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Last updateMar, 27 Jan 2015 6pm

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HIV/AIDS: Correct ARV drugs use reduces HIV transmission, say experts

Health - Good adherence of Antiretroviral (ARV) drugs and using them for the correct treatment will significantly reduce transmitting HIV/AIDS to others, but will not stop the transmission. Demystifying the perception inhibited by many people in society, speaking exclusively to the 'Sunday News,' the Muhimbili University for Health and Allied Sciences (MUHAS) Medical Specialist Lecturer, Dr Tumaini Nagu said that the usage of ARVs was for life.


"Misconception within any society comes about because people are not informed. What people need to know is that with some people, their use of these drugs have helped reduce the virus to such an extent that it reaches below detection level and hard to quantify," she explained.

Dr Nagu admitted that the introduction of these drugs had immensely helped the majority of Tanzanians and that they were a relief to medical practitioners, because people were not dying as much as they did before the drugs were available.

She said that when the virus is at below detectable level doesn't mean that it is at zero, but that the drugs have brought them down reducing the chances of infecting others because the viral load has decreased.

"As you may be aware, the World Health Organisation (WHO) recently issued recommendations that allow the doctor to consider starting ARVs on a couple where one of them is infected with the disease. The guidelines are yet to be released and we in the country are exploring on the modalities," she said.

The 2012 Guidance on couples HIV testing and counselling - including antiretroviral therapy for treatment and prevention in serodiscordant couples, for couples where only one partner is HIV positive, the guidelines recommend offering antiretroviral therapy to the HIV positive partner, regardless of his/her own immune status (CD4 count), to reduce the likelihood of HIV transmission to the HIV negative partner.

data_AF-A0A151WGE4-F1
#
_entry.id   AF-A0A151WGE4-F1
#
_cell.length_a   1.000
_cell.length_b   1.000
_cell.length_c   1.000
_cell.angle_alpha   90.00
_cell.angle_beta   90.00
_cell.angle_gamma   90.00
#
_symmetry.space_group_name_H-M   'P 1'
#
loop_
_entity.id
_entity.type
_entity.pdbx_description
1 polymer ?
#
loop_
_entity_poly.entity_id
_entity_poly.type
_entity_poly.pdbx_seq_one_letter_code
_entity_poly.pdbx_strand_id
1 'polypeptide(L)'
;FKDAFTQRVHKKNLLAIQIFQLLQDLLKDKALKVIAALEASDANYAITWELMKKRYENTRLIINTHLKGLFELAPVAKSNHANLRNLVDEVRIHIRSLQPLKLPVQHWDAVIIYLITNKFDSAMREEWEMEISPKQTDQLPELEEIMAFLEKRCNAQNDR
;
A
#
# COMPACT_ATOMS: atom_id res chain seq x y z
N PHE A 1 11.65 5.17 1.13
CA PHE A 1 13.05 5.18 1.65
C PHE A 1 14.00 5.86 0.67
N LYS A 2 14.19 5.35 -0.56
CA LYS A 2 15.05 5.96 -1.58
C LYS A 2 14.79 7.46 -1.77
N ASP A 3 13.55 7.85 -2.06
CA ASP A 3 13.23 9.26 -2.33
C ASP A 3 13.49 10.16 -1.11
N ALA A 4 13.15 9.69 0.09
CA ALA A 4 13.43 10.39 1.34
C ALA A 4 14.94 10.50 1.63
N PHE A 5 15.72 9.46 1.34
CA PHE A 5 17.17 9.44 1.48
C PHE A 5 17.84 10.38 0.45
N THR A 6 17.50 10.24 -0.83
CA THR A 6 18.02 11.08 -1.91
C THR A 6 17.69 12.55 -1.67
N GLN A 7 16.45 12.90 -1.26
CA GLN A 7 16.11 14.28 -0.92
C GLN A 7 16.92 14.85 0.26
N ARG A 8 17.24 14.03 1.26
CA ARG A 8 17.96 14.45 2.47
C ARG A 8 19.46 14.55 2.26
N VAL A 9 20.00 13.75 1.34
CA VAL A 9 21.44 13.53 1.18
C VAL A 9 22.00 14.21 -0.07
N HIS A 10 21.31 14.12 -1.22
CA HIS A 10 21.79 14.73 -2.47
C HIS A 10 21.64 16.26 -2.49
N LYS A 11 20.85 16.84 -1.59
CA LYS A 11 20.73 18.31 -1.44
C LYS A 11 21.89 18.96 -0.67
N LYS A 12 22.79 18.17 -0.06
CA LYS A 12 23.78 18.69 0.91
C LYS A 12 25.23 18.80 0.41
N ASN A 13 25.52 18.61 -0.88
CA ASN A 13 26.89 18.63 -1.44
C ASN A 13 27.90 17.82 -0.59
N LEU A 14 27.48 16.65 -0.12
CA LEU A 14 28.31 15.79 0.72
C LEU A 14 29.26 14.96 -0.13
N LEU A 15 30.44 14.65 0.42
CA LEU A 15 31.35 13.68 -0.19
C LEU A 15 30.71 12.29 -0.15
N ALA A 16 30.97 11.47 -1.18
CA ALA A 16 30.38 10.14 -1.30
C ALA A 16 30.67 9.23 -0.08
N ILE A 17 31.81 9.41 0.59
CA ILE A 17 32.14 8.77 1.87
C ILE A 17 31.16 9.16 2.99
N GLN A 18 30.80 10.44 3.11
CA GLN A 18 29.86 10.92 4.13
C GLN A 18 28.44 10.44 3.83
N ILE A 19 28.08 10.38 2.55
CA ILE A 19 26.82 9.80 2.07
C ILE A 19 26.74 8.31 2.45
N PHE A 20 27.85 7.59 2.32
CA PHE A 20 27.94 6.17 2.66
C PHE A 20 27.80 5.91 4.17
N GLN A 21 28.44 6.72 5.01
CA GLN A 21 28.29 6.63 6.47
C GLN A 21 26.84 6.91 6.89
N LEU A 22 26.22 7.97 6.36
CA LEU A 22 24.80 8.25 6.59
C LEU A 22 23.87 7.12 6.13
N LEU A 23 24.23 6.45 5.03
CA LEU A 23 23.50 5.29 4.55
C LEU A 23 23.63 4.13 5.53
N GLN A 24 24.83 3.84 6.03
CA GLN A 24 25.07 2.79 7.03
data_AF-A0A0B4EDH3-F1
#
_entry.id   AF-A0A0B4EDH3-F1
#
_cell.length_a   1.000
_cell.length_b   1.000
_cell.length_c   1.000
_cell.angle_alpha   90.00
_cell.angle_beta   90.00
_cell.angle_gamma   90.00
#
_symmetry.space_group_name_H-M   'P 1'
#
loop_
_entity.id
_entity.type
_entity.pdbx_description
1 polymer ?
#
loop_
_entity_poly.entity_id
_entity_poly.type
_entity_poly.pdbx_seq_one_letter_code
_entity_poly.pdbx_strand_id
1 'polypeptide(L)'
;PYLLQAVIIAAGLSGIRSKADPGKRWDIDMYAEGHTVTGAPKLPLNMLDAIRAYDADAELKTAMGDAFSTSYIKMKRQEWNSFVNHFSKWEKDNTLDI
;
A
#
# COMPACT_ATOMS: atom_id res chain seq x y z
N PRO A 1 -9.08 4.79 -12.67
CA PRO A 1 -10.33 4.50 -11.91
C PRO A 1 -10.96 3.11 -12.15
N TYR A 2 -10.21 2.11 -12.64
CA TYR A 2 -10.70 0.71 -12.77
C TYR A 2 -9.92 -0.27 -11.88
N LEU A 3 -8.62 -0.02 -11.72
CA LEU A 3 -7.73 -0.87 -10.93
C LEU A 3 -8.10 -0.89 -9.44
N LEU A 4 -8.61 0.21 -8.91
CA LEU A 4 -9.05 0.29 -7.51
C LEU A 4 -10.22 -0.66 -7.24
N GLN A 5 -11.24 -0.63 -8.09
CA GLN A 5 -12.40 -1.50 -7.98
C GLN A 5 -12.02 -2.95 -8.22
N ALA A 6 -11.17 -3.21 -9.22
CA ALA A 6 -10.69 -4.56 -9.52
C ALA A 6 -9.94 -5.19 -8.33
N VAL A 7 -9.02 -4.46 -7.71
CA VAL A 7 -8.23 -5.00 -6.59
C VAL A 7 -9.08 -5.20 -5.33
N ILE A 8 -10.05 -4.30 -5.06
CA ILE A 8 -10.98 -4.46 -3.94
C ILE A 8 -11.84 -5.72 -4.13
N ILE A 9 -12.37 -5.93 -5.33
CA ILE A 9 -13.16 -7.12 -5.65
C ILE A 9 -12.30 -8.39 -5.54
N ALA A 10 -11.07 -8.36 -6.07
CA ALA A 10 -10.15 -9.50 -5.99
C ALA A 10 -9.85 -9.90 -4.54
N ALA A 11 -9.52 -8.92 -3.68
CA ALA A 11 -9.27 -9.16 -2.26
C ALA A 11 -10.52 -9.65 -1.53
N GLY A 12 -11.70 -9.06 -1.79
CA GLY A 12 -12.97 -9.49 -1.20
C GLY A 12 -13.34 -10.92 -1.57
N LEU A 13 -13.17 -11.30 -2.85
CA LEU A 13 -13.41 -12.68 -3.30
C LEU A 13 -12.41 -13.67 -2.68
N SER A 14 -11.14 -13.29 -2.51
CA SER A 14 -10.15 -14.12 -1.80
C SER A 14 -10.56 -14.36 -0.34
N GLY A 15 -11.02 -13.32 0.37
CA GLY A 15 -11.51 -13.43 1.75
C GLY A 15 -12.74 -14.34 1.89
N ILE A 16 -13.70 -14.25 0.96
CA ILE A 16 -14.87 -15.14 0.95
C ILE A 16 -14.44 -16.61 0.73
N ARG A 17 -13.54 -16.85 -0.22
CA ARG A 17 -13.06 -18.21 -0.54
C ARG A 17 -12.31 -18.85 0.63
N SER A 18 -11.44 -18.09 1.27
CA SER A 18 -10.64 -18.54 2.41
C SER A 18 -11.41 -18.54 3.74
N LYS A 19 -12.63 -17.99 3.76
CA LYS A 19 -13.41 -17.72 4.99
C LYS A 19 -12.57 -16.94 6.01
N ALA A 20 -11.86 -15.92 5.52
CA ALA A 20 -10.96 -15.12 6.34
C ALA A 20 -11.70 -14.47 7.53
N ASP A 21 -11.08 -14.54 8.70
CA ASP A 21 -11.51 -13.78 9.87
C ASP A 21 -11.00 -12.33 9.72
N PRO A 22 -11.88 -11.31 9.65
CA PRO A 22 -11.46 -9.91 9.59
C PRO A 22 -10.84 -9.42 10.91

According to the WHO website, only 40 per cent of people with HIV globally know their HIV status. Up to 50 per cent of HIV-positive people in on-going relationships have HIV-negative partners (i.e. they are in serodiscordant relationships).

Of those HIV-positive individuals who know their status, many have not disclosed their HIV status to their partners, nor do they know their partners' HIV status. Consequently, a significant number of new infections occur within serodiscordant couples.

Dr Nagu said that it was her conviction that once the government has explored on the modalities and come out with one, the move would go a long way, further improving the quality of life of people.

Another guideline released in June 2013 that was issued by the WHO was on HIV and AIDS guidelines on treatment for PMTCT (preventing mother-to-child transmission) and on HIV and breastfeeding.

In line with this, the First Lady Mama Salma Kikwete on Wednesday launched the new guidelines on Prevention of Mother to Child Transmission of HIV (PMTCT) Option B+ in Dar es Salaam, urging women to use the opportunity to test and access the services.

Mama Kikwete went on to urge men to accompany their spouses for testing, to work alongside government's efforts to ensure zero HIV/Aids infection and transmission from mother to child.

"PMTCT Option B+ is aimed at ensuring zero transmission of HIV virus from mother to child and this will not be achieved if both parents will not go for testing.

With PMTCT Option B+ a pregnant mother living with HIV virus will be put on the treatment immediately," she explained. The traditional approach to PMTCT required a specific CD4 cell count before initiating antiretroviral prophylaxis.

Tanzania is among 20 countries with high rate of HIV prevalence, where 160,000 children under 15 years are living with the virus. Of these, 80 per cent (128,000) got their virus from their mothers, while 32,000 were from other sources.

A medical microbiologist, Mr John Changalucha concurred saying that effective ARVs usage stop the virus in infected individuals from multiplying, thus the number of virus particles decreases overtime during treatment. "That is why people on ARV treatment and if attending in larger hospitals like the national hospital, can be assessed for viral load. What this means is that if the individual is adhering well to the treatment, it will allow the body to build its immunity because the CD4 cells will not be killed rapidly," he noted. He said that it was for reason that people on ARV treatment are regularly monitored for their CD4 count and that most facilities treating HIV patients are done cheaply due to the sophistication of its test.

By Masembe Tambwe

Tanzania Daily News/27/01/2014